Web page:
Daniel and Nell go up to his old bedroom, which is covered in an inch of dust and cobwebs - creepy! The weird thing here is that they don’t do anything a normal person would do in a dusty room. Nell doesn’t want to hide out in the old plantation for three weeks, she wants to split the minute they get his brother’s inheretence. D

aniel shows Nell around, pointing out the family mausoleum - the ground is too wet for burying people, so they all in the crypt. He tells a story about his grandfather Jules who was nailed into his coffin a bit prematurely. He and Aunt Emily went into the crypt, and when she had a “conversation” with his grandfather, Daniel closed the crypt door on her, locking her inside. Just a silly joke a kid would pull. Someone found Aunt Emily and let her out - and she said that Jules was already dead, told her so himself from inside the coffin. Since then she believes that she can communicate with the dead.

Daniel knows that his brother hid the money in the house somewhere, and wants Nell to keep the Colonel and Aunt Emily busy while he searches for it.

The Colonel gives Nell a tour of the house, showing her the paintings of all of the family members, including the great grandfather who was buried alive, and the grandfather who was buried with a telephone in his coffin, just in case.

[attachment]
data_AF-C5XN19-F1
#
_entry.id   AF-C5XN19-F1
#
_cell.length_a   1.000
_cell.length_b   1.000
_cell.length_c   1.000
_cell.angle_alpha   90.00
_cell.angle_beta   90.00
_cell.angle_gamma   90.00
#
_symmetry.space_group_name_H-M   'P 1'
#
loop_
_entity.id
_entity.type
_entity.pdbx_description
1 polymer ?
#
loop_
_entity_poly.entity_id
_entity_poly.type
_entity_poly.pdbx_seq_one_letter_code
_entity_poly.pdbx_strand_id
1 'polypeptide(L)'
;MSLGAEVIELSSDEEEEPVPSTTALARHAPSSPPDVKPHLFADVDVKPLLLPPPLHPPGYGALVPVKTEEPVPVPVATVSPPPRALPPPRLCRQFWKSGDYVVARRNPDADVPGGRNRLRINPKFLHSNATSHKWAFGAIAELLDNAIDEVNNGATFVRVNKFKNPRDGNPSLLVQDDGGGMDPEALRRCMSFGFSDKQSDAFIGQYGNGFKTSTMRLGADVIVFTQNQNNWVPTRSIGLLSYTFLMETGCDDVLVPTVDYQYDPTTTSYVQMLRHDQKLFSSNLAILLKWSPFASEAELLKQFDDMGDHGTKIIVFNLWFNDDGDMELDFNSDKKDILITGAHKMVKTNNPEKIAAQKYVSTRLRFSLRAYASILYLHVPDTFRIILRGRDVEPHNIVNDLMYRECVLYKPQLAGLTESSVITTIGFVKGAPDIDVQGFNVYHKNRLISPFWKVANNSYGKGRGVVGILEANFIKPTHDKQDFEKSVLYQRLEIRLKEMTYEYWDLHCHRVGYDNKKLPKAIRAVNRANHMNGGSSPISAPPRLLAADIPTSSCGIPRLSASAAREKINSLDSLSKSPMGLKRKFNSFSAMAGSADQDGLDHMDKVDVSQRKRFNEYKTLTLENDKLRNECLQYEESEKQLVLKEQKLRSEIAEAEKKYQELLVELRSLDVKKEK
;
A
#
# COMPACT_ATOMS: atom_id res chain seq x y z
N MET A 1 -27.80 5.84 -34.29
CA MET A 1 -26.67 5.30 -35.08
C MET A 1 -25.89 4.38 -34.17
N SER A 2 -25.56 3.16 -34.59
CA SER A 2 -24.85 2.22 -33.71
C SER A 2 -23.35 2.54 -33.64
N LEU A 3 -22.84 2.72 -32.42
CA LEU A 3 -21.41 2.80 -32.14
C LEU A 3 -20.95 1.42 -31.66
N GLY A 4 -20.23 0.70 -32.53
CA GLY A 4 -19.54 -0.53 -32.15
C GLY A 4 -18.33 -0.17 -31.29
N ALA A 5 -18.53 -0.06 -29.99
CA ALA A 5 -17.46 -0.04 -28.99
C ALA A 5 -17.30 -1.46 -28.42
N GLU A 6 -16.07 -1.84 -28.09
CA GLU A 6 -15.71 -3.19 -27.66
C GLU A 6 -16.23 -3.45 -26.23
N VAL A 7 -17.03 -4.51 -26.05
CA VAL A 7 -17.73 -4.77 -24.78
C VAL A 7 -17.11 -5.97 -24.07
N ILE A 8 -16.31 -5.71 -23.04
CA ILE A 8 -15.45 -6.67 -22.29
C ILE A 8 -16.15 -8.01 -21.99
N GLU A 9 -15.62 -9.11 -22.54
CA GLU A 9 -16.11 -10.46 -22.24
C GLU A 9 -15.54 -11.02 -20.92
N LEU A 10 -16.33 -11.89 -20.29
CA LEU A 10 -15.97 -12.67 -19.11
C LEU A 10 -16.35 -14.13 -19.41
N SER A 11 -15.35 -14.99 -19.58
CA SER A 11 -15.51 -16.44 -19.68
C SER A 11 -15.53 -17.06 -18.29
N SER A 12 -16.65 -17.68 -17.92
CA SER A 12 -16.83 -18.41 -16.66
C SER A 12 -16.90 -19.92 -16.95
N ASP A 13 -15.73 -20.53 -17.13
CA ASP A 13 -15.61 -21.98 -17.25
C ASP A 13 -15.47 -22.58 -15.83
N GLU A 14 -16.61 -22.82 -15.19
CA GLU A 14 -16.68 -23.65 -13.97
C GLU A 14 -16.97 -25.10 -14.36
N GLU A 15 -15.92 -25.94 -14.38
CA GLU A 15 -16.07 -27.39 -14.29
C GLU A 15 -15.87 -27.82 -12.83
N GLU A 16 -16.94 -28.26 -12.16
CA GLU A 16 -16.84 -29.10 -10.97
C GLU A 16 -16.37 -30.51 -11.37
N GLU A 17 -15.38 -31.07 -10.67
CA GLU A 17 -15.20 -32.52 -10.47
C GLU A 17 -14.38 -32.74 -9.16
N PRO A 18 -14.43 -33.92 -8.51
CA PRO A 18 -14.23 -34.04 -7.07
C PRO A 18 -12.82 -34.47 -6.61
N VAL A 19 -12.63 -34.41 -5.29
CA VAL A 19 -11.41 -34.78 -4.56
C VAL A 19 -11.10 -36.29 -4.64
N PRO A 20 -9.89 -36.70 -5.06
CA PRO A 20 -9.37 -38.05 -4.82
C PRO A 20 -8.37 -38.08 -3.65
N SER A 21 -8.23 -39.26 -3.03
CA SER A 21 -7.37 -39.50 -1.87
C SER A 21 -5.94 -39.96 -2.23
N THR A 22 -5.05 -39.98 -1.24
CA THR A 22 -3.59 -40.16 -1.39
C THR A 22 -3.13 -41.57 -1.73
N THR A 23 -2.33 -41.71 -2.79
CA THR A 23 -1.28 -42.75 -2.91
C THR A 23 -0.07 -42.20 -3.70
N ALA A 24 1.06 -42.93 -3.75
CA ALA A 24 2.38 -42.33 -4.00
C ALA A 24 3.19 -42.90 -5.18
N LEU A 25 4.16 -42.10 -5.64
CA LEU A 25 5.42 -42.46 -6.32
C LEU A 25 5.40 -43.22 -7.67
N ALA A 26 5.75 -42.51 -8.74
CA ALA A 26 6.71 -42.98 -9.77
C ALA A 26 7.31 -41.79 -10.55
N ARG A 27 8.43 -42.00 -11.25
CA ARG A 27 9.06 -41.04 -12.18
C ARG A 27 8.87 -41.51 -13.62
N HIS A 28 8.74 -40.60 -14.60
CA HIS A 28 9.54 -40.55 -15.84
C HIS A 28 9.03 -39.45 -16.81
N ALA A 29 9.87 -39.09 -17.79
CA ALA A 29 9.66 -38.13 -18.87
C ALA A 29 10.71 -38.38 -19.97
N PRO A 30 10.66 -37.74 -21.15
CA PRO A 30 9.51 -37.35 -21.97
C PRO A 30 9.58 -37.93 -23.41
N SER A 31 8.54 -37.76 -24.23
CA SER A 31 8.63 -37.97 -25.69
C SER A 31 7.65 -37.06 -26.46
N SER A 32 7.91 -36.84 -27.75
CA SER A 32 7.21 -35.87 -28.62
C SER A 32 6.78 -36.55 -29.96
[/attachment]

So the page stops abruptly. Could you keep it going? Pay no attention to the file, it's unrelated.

Daniel finds a strong box in Charles’ room, and when he opens it - just papers but no money. Aunt Emily tells him the money is in Daniel’s empty coffin in the crypt - $50,000!

On that stormy night, Daniel and Nell enter the family crypt with tools to open the coffin and retrieve the $50,000. They search for his coffin, finding it behind a plaque that states the day of his death - a few days ago! Weird! They pry open the coffin... and it’s filled with money! But the crypt door slams shut... and they are trapped inside.

In the living room of the Plantation, Aunt Emily returns from a walk outside in the rain, where she has closed the crypt... just as young Daniel had done to her years ago.

Daniel and Nell try to pry the door, but the pry bar breaks. Meanwhile, the water in the crypt is starting to rise... will they drown in the crypt? Nell remembers the telephone in Daniel’s father’s coffin. They pry the lid off the coffin and search under the rotted corpse to find the telephone. Daniel calls and gets the operator, asks to be connected to the Sheriff, it’s a matter of life and death! Gets the Sheriff and tells him the whole story. The Sheriff says to be patient, he’ll get there. Daniel hangs up the phone....